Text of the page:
He continues, "We get to see their parallel journeys but they don't know until hopefully the end of the movie. The second reason which is the more humbling one is that I'm still learning how to write for other people and I think it's hard to write for women if you're not a woman. I think it's possible and some people do it very well and I think it's great that women write as much as they do because it's their story but I have so much to learn about writing for women, especially one that's not my age."
While he's never been able to tell the story of the biggest moment in his life before now because it just didn't work with his stand-up and brand of comedy, he's excited to finally explore the emotional journey he went through onscreen in Dean.
"As big of an impact that that's had on my life, that's not something I got into comedy to talk about, you know? I like jokes, wordplay, making short stories and comedy," he says. "Somewhere along the way, I left aside my own personal, observational experience, and I wanted to share it now. When I thought about trying to make a film, it just felt like I needed to dig deep and talk about something that comes more from feeling and less from thinking. The biggest thing that had happened to me was losing my dad, certainly when it came to things that didn't have a solution, where there's no answer."
According to Martin, the original title for the film when he was writing the script was The First Thing That You Never Get Over, but he decided to change it to something more personal.
"I changed it to Dean because that was my dad's name and that's who I named my character after," he says. "For me, the first thing I never got over was losing my dad, and I know I'm lucky. I got to go from zero to age 20 without having anything like that. Other people are less lucky and they lose a parent when they're seven or they get abused as a child or their parents divorce when they're 12. There's always one thing that changes your life forever. It doesn't mean I'm grieving for the rest of my life but it does mean I'm a different person before and after that. It's a coming-of-age story told in a new way. That was part of my intention."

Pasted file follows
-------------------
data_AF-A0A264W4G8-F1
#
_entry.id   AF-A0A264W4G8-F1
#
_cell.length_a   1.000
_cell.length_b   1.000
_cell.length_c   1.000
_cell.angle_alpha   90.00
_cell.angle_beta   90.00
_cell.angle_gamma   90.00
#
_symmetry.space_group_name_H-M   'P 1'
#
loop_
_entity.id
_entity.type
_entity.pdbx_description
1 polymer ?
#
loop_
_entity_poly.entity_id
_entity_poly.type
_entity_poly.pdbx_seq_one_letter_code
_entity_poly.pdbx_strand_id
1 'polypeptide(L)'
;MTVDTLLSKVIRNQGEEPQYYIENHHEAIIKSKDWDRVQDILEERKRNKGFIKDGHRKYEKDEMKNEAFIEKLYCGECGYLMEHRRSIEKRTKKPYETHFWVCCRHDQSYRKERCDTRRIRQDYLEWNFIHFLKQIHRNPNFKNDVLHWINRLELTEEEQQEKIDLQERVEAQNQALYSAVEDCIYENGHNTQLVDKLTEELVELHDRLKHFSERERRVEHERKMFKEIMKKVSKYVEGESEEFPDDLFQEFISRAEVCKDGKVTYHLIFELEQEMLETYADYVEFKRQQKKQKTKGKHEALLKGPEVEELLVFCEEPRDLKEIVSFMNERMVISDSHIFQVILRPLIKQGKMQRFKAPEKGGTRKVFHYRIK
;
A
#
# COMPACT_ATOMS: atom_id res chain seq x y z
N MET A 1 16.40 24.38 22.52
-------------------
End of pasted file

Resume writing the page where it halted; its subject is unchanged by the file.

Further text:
When Dean won the top prize at Tribeca this past year, Martin was blown away. In fact, he didn't expect to win anything at the festival, so he left before the winners were announced.
"That was such a genuine surprise," he says with a smile. "When they announced the prizes I was literally about to get in the car to do another gig, and I had to make a video on my phone to say thanks. And I was so touched in the first screenings, when the credits said I did the drawings, people actually clapped. Listen, I know what my drawings look like but I put so much work into my drawings to communicate something real so that made me feel really good."
However, no matter how much Martin is proud of in his first movie, there is something he regrets.
"What was important to me and I failed at it was that I tried to pass the Bechdel Test," he says, looking down at his hands. "I did in an earlier cut of the movie. There was a scene with Nicky [Gillian Jacobs] and Jill [Ginger Gonzaga] and it's while I'm talking to Eric [Rory Scovel] and saying goodbye to him at the airport, and the women are in the car. I had this counterpart where we are talking about his cat and all this emotional stuff with him breaking down, the stereotypically feminine conversation that was emotional, and then in the car I had the women talking this 'dude' conversation where they were like talking about bulls-t, joking around, and it passed the test."
He pauses to breath deeply, and continues, "There were two women talking not about a guy or love. I was really proud of that, but the movie was too long so that was a loss. In my next film, I hope I do pass that test."
If Martin is at least conscious of the Bechdel Test, he's on the right path. And based on the critical reception of Dean, he'll have many more chances to get it right.